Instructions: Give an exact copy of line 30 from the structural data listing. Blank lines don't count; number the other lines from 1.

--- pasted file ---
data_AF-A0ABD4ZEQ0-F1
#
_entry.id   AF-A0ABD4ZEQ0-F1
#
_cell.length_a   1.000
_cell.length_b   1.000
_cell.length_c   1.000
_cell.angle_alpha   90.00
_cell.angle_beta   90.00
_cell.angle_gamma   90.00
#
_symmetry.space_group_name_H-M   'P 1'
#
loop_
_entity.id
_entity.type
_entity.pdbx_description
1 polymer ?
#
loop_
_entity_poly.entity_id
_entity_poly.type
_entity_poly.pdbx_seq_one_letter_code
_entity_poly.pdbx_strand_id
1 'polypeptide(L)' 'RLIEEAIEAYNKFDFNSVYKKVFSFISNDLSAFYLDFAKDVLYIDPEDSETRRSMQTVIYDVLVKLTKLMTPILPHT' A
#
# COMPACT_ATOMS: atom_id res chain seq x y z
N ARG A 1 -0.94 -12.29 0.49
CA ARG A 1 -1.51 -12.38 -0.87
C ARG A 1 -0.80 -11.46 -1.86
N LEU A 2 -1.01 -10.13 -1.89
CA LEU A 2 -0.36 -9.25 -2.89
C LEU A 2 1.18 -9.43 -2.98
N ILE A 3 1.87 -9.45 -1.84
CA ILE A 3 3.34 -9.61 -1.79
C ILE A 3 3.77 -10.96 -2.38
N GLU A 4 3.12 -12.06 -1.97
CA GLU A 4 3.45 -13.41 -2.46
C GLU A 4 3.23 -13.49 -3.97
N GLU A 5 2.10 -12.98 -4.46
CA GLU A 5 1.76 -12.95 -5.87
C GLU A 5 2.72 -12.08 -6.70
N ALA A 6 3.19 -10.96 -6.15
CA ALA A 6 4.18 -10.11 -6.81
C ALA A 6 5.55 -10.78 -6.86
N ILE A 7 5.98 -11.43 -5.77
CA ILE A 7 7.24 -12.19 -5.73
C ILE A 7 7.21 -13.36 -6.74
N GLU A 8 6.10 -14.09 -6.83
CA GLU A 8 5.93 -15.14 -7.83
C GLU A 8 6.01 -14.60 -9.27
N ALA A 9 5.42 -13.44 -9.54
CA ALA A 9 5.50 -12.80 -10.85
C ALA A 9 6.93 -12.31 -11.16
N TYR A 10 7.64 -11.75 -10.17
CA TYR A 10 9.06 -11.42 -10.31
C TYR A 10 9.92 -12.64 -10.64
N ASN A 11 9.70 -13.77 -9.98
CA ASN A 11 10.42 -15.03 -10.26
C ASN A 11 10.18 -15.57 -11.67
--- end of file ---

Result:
C ARG A 1 -0.80 -11.46 -1.86